Hillell prepares for controversial visitors

The sidewalk in front Allen House was decorated with peace signs and hearts this afternoon in an effort to peacefully demonstrate the coming of Westborough Baptist Church, a religious activist group from Topeka, Kansas.

The group, known for their anti-gay and anti-Semitic protests, is scheduled to appear in front of the Allen House on Tuesday as part of a protest schedule in reaction to the legalization of gay marriage in Vermont.

 “After getting the email from Hillel [about their coming to UVM], I went on their Web site and was really disgusted. Their message board is all about hate,” she said.

It was the email about the event that prompted her to show her support.

    “I think we need to do something, take action, and I think this a good way to do it, to unite the college and the community,” she said.

 “I like this idea, because it’s very passive,” Susan Leff, Director for the Hillel program at UVM, said. “Everyone says you should ignore them, but people very obviously don’t. It becomes impossible to.”

Although Leff encouraged people not to counter-protest, she said the chalk drawings were still getting the point across.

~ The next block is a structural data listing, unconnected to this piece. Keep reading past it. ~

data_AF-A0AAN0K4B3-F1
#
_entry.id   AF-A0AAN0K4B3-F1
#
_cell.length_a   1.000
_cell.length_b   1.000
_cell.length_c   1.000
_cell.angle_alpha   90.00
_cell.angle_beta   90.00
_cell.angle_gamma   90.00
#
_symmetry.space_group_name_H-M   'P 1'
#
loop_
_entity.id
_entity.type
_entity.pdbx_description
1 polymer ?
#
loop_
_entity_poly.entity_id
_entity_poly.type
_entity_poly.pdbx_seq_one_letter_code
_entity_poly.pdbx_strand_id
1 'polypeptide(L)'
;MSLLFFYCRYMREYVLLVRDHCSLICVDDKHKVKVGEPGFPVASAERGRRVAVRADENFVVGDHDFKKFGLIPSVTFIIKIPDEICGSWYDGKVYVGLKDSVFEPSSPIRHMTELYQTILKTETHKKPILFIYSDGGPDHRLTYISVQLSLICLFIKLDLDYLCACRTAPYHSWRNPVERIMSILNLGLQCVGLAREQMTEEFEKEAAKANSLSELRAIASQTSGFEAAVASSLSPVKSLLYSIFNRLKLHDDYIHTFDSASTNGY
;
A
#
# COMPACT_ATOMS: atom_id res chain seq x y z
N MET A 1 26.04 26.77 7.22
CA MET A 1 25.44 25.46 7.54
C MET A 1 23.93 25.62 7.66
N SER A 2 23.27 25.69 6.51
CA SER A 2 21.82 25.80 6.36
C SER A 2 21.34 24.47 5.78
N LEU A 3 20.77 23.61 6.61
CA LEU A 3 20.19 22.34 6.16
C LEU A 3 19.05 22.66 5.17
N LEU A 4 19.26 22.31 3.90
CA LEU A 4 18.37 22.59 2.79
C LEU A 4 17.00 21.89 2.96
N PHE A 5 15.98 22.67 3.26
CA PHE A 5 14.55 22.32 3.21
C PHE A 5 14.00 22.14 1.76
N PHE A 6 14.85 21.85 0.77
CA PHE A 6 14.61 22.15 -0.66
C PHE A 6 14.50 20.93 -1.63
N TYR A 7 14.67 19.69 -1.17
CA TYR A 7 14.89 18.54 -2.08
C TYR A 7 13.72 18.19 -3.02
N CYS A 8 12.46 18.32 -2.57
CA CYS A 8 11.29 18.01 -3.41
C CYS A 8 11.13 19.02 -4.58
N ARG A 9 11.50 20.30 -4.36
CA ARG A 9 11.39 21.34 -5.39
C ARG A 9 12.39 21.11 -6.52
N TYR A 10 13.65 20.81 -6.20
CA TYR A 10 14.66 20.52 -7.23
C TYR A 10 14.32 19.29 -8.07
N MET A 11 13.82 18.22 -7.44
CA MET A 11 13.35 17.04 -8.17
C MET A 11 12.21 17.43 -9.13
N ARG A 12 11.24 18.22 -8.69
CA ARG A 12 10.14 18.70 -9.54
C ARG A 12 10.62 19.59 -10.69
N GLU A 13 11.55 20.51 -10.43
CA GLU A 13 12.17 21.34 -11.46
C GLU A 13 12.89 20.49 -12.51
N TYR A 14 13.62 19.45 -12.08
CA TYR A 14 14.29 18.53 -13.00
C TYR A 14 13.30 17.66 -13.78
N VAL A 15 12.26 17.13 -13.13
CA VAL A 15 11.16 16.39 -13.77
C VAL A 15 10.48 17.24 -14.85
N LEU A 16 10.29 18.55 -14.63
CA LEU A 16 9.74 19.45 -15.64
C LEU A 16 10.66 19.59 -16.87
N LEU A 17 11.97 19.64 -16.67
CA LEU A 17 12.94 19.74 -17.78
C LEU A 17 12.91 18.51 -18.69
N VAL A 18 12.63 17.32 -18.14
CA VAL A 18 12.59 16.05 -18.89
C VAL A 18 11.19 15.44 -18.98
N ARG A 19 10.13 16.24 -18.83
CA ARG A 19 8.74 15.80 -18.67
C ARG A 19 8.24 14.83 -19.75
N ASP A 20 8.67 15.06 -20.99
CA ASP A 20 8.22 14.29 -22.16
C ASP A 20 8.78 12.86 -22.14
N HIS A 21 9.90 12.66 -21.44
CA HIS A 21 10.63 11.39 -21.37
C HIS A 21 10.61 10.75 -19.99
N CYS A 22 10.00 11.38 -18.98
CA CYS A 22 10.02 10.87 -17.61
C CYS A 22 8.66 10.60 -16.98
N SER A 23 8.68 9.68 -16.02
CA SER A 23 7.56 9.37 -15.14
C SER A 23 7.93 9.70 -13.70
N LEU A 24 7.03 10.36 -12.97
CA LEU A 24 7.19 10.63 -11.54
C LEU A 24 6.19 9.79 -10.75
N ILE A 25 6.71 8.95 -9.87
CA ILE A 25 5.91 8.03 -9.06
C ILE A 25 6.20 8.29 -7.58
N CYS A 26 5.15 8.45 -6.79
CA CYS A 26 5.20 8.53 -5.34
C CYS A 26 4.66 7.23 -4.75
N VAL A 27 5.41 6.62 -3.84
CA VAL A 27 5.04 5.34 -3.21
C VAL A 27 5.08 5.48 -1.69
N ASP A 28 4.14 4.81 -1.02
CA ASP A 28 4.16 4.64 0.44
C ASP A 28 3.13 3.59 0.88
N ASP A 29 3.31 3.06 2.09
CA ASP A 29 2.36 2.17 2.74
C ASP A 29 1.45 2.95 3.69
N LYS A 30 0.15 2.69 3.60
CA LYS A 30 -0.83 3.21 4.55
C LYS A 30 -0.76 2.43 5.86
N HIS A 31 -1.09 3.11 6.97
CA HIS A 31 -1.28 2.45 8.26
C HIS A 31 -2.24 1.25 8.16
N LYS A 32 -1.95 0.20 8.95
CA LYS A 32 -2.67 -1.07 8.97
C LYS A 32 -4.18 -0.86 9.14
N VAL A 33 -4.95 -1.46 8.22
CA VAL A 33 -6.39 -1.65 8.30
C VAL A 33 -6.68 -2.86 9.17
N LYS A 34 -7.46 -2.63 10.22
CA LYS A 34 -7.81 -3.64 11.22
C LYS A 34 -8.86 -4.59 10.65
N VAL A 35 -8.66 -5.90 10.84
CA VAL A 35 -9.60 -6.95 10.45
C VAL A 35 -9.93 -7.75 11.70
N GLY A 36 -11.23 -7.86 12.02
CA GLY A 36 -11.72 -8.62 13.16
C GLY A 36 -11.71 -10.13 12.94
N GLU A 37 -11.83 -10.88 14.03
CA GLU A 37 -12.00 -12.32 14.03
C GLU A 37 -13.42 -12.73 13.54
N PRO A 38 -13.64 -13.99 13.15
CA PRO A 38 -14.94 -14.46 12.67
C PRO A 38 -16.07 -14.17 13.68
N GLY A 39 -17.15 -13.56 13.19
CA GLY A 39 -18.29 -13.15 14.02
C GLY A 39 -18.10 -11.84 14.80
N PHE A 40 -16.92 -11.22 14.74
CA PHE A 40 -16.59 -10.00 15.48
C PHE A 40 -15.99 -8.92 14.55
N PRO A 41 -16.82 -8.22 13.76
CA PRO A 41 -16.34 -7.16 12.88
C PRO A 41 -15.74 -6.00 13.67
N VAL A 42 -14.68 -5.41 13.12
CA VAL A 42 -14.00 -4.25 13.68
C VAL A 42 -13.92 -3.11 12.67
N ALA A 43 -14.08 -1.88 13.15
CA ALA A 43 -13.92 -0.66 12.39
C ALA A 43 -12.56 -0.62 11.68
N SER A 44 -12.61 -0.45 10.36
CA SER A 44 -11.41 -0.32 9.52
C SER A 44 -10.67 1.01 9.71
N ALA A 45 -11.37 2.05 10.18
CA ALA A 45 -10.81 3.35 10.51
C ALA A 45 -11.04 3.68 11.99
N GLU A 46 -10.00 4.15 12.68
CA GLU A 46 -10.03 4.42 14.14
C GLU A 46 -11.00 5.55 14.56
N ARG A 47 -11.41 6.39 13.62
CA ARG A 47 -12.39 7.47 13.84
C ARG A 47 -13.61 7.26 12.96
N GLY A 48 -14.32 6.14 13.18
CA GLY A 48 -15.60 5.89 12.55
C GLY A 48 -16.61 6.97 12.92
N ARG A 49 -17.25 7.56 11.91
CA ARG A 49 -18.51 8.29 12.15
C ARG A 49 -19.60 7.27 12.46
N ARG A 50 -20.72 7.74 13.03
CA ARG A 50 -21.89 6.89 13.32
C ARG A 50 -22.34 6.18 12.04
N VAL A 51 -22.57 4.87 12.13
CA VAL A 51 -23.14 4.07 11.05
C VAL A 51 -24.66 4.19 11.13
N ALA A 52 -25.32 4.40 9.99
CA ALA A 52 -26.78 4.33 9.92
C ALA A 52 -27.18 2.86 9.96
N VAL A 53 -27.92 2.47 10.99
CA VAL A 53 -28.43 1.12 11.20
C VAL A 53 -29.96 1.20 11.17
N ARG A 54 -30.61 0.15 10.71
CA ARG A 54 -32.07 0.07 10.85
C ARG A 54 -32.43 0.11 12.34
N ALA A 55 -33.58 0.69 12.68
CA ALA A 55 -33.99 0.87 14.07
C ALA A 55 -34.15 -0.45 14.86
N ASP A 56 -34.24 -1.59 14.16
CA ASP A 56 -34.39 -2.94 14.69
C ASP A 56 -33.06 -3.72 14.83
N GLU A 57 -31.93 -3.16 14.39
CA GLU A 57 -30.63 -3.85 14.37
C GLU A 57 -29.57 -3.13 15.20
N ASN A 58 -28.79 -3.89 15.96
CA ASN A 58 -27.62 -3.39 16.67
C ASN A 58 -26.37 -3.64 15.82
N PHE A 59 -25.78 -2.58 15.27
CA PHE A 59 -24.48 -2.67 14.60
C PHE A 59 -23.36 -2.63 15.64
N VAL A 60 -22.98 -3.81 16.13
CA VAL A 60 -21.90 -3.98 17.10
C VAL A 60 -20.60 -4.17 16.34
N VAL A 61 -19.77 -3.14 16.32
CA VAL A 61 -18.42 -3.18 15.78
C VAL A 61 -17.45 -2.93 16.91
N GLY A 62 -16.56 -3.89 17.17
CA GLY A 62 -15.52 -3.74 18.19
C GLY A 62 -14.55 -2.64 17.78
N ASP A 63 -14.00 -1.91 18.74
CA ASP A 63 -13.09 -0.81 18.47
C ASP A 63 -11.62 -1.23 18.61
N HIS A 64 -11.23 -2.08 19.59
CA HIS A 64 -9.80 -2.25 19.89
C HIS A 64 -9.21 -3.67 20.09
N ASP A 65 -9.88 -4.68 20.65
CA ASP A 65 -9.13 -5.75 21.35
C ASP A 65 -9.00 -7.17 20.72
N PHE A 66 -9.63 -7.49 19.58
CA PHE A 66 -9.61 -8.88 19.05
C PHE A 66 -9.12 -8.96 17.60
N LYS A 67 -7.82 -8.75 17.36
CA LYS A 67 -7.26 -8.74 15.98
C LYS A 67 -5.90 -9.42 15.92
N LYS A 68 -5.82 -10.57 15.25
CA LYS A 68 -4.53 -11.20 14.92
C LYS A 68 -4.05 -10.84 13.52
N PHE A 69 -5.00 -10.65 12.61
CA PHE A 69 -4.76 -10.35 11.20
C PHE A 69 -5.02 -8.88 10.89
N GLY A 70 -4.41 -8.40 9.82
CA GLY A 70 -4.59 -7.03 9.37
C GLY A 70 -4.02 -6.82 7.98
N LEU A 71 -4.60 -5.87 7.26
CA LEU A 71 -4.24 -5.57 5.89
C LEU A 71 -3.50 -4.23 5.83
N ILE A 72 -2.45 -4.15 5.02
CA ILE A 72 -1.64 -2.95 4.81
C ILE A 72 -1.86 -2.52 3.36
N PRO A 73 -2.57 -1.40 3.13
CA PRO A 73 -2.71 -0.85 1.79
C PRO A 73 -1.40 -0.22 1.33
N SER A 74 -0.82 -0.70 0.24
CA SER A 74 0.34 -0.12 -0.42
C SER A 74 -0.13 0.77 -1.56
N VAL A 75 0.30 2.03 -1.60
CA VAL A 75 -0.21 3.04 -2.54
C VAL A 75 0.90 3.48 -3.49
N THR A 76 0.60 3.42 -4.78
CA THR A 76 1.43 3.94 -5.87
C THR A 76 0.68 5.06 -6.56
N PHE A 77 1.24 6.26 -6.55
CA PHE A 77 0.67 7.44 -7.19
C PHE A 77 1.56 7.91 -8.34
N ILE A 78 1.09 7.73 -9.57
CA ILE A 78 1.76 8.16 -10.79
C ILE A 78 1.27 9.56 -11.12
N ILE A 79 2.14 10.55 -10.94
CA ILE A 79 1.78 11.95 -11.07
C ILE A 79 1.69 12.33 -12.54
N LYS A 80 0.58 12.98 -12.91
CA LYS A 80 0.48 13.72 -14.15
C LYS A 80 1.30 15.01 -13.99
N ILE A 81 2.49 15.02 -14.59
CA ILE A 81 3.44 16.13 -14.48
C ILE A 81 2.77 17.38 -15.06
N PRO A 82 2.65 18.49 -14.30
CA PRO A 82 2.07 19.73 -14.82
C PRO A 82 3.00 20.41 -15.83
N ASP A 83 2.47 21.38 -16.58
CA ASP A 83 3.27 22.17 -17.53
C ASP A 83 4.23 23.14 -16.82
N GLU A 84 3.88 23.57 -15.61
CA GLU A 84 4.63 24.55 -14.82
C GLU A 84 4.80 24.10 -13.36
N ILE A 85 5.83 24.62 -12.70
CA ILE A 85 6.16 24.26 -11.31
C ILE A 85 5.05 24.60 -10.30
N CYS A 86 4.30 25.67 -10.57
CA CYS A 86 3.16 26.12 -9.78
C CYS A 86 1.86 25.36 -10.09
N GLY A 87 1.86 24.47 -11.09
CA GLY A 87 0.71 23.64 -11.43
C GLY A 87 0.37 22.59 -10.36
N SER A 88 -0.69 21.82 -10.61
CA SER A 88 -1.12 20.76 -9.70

“[The protesters of the WBC] are going to have to stand on these messages. They will see them, but there’s no interaction. So it’s a way to say what we think without giving them anything to react against,” she said.

Leff noted that the organizations the WBC were choosing each carried significance, as Allen House is home not only to Hillel, the Jewish center on-campus, but it is also home to the LDBTQA.

Greg Yellin, engagement coordinator for UVM Hillel, said his own participation in Chalking for Peace was because he wants to make it clear that the WBC message is inaccurate.

“I’ve studied the bible, I know that in Mark, and John and Luke, it talks about not judging your neighbors, not judging others,” he said. “It’s about acceptance, and it’s about showing them that they’re wrong.”